CIA Capable of Compromising Presidential Smartphones Used for Twitter Accounts

WikiLeaks warned on Tuesday that the U.S. intelligence service is more than capable of accessing smartphones and other such devices. The report specifically addressed the smartphones used by U.S. presidents, but never forgot the devices used by the vast majority of the world today.

The organization released what they called “thousands of documents” from the CIA’s Center for Cyber Intelligence. This branch of the CIA is known as the elite hacking division, and the released documents reveal countless unpublished details about the organization’s alleged cyber weapon collection.

“As an example, specific CIA malware revealed in ‘Year Zero’ is able to penetrate, infest and control both the Android phone and iPhone software that runs or has run presidential Twitter accounts,” WikiLeaks said in a press release.

According to a Pew Research Center survey, approximately 86% of U.S. millennials own smartphones, and a large portion of the rest of the nation’s population does as well. It makes perfect sense that the most recent WikiLeaks report would be unsettling to many people.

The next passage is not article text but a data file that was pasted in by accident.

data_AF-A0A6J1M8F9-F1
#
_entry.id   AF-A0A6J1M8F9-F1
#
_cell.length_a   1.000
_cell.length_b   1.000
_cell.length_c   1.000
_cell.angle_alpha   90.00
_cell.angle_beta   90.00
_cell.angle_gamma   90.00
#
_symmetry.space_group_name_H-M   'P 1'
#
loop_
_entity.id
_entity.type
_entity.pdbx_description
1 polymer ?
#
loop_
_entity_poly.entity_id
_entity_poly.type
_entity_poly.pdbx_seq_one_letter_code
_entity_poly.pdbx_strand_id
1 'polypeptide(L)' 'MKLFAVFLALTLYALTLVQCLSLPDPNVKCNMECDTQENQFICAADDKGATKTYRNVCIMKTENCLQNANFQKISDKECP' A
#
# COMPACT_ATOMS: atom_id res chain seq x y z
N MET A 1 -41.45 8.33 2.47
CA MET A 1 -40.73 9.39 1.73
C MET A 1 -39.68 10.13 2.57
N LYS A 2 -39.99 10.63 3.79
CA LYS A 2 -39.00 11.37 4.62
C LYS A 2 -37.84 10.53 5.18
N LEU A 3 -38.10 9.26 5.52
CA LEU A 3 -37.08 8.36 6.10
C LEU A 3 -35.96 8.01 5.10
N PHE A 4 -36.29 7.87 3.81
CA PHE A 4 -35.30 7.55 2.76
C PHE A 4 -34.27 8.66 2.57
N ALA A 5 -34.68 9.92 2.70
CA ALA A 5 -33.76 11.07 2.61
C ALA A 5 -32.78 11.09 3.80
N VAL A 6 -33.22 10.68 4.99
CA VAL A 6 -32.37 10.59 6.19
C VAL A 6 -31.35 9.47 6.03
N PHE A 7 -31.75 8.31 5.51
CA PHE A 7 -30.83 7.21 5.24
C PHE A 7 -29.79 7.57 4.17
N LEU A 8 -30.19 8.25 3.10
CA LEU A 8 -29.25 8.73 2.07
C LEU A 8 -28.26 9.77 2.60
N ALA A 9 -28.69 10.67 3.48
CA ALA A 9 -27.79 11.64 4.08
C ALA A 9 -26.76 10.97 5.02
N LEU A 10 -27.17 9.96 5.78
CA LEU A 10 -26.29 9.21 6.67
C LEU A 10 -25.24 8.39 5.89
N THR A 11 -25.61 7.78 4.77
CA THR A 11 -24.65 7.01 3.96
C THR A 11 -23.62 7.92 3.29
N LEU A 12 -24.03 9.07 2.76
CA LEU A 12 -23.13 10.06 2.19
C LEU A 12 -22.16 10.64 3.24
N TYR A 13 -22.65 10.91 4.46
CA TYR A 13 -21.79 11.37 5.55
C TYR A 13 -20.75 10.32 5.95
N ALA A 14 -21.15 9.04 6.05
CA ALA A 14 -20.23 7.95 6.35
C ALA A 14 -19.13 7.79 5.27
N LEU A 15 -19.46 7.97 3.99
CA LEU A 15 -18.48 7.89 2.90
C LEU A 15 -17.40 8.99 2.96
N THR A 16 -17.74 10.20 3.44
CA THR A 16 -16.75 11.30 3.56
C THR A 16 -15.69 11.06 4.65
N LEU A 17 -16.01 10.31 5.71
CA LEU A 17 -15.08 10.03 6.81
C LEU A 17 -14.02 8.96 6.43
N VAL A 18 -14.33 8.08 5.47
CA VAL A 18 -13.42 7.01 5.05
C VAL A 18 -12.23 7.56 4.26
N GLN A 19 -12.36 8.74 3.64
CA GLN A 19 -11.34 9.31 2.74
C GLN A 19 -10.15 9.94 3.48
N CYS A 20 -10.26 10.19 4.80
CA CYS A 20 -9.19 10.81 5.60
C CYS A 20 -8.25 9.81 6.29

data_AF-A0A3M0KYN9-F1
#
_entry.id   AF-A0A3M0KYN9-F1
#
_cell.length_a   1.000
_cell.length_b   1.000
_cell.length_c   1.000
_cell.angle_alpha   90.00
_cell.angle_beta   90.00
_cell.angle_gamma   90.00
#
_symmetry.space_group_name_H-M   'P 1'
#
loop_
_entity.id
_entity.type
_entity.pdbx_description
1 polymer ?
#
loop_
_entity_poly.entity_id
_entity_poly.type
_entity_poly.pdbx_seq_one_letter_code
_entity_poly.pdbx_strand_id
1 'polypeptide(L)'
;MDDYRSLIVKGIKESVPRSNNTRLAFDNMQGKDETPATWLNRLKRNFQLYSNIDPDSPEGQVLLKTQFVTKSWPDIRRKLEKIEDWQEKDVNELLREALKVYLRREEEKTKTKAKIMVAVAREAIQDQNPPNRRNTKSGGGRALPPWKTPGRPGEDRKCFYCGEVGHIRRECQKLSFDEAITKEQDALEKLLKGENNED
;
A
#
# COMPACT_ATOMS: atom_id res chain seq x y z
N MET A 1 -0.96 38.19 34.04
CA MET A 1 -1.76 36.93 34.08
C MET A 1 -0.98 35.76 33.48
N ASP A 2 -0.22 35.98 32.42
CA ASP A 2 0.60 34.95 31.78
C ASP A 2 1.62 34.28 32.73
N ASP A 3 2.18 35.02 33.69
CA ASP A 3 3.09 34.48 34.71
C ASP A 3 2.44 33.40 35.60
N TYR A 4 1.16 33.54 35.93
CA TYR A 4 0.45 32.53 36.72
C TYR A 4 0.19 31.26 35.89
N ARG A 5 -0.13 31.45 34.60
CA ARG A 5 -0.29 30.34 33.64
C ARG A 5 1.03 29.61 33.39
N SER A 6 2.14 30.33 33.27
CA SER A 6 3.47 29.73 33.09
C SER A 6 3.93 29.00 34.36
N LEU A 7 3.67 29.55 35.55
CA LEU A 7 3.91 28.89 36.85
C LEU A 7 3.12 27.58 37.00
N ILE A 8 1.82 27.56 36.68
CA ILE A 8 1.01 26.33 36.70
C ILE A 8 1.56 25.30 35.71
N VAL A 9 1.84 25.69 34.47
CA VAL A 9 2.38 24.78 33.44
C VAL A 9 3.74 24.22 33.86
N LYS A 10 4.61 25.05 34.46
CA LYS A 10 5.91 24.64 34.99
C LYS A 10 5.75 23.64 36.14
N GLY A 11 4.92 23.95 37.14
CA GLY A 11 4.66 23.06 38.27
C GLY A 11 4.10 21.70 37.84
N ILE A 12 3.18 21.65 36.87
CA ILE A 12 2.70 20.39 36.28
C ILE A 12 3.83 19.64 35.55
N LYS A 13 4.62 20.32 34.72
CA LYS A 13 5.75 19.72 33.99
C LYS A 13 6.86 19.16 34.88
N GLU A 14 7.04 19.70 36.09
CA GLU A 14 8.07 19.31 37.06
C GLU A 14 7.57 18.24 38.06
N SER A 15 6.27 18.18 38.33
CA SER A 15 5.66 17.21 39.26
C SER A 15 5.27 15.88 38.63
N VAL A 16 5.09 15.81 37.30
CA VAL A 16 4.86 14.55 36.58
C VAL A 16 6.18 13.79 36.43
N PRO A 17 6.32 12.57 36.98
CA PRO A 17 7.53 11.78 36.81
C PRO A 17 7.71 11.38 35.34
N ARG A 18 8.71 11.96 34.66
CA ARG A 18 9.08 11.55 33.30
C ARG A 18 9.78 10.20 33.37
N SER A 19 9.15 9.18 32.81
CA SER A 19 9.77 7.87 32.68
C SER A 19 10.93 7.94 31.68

In addition to the presidential smartphones being compromised, the WikiLeaks report detailed a list of other common devices that the agency targets. These included Windows and Mac computers, phones with iOS and Android systems, and even smart televisions.

The majority of the hacking tools described in the leak, however, date to approximately mid-2016. This means that if a smartphone user has all of their software up to date, they should be safe from this technology, in theory.

WikiLeaks made the decision not to include specific details of CIA projects, leaving them listed only by their code names. Project code names included “Moon,” “Earth/Eve,” and “Zero Days.”

The report has brought on a whole new onslaught of concerned customers and worries about potential hacking. Things like the vulnerability of smart televisions were considered private information until the leak happened. It’s still unknown whether or not presidential smartphones are actively being monitored.

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